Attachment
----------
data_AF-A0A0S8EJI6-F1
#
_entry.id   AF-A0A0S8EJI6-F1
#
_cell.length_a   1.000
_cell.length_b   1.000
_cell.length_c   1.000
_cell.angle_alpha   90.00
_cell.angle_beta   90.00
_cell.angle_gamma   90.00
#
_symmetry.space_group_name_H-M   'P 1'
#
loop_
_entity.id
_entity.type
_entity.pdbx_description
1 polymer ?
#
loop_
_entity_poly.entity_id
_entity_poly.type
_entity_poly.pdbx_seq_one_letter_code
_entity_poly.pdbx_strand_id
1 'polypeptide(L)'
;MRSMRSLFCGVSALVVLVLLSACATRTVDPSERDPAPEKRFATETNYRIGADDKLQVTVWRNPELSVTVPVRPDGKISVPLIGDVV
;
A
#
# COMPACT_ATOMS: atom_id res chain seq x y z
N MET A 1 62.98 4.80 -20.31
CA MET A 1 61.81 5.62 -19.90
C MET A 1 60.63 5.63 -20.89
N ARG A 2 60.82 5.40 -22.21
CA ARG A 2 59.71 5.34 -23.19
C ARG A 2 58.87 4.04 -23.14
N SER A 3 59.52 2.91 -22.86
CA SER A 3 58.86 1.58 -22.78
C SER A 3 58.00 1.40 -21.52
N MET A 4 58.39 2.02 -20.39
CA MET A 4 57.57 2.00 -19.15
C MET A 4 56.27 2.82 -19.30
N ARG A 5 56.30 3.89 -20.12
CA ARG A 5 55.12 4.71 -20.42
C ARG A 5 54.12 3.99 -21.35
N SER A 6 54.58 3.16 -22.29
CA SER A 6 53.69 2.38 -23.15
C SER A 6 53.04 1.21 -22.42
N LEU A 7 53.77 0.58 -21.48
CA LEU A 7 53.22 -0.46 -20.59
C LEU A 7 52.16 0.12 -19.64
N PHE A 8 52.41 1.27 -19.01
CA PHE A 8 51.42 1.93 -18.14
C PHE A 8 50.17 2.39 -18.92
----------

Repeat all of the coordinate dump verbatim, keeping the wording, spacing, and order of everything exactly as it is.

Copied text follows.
data_AF-A0A0S8EJI6-F1
#
_entry.id   AF-A0A0S8EJI6-F1
#
_cell.length_a   1.000
_cell.length_b   1.000
_cell.length_c   1.000
_cell.angle_alpha   90.00
_cell.angle_beta   90.00
_cell.angle_gamma   90.00
#
_symmetry.space_group_name_H-M   'P 1'
#
loop_
_entity.id
_entity.type
_entity.pdbx_description
1 polymer ?
#
loop_
_entity_poly.entity_id
_entity_poly.type
_entity_poly.pdbx_seq_one_letter_code
_entity_poly.pdbx_strand_id
1 'polypeptide(L)'
;MRSMRSLFCGVSALVVLVLLSACATRTVDPSERDPAPEKRFATETNYRIGADDKLQVTVWRNPELSVTVPVRPDGKISVPLIGDVV
;
A
#
# COMPACT_ATOMS: atom_id res chain seq x y z
N MET A 1 62.98 4.80 -20.31
CA MET A 1 61.81 5.62 -19.90
C MET A 1 60.63 5.63 -20.89
N ARG A 2 60.82 5.40 -22.21
CA ARG A 2 59.71 5.34 -23.19
C ARG A 2 58.87 4.04 -23.14
N SER A 3 59.52 2.91 -22.86
CA SER A 3 58.86 1.58 -22.78
C SER A 3 58.00 1.40 -21.52
N MET A 4 58.39 2.02 -20.39
CA MET A 4 57.57 2.00 -19.15
C MET A 4 56.27 2.82 -19.30
N ARG A 5 56.30 3.89 -20.12
CA ARG A 5 55.12 4.71 -20.42
C ARG A 5 54.12 3.99 -21.35
N SER A 6 54.58 3.16 -22.29
CA SER A 6 53.69 2.38 -23.15
C SER A 6 53.04 1.21 -22.42
N LEU A 7 53.77 0.58 -21.48
CA LEU A 7 53.22 -0.46 -20.59
C LEU A 7 52.16 0.12 -19.64
N PHE A 8 52.41 1.27 -19.01
CA PHE A 8 51.42 1.93 -18.14
C PHE A 8 50.17 2.39 -18.92